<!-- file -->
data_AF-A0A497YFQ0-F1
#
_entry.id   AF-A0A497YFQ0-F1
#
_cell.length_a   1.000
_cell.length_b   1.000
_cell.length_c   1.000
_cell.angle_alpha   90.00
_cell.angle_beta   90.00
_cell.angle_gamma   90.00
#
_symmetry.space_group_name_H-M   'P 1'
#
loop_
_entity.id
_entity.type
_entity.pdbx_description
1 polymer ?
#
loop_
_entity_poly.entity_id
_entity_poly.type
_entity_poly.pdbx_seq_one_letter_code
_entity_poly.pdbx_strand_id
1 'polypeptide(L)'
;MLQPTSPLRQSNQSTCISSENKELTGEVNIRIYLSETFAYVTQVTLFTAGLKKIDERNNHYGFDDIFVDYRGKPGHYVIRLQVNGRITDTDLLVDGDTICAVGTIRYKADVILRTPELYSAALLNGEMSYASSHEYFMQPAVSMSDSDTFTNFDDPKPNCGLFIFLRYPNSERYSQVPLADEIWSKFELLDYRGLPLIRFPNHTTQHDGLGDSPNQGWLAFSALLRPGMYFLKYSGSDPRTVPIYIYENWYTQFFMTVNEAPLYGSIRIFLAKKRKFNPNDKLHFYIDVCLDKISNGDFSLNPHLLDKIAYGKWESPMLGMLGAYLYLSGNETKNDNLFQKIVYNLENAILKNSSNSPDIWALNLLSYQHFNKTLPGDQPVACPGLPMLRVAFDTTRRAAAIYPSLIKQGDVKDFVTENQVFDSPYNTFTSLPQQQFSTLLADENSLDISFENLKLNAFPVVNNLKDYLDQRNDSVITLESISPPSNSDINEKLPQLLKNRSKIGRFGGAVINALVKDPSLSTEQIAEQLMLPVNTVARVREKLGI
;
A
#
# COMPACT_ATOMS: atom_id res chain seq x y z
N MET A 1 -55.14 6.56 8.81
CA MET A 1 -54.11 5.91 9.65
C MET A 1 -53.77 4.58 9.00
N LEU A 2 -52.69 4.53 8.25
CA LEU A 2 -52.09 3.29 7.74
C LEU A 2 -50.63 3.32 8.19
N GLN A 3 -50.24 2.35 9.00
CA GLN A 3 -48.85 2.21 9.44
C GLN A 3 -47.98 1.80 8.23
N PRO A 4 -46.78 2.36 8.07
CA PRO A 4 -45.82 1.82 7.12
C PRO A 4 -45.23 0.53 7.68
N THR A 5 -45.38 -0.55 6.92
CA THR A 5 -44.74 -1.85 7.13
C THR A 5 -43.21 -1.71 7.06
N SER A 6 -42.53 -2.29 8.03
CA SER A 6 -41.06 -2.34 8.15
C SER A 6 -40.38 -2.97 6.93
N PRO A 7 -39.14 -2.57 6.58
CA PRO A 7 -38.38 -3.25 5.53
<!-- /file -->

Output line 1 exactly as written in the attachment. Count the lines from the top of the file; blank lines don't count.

data_AF-A0A497YFQ0-F1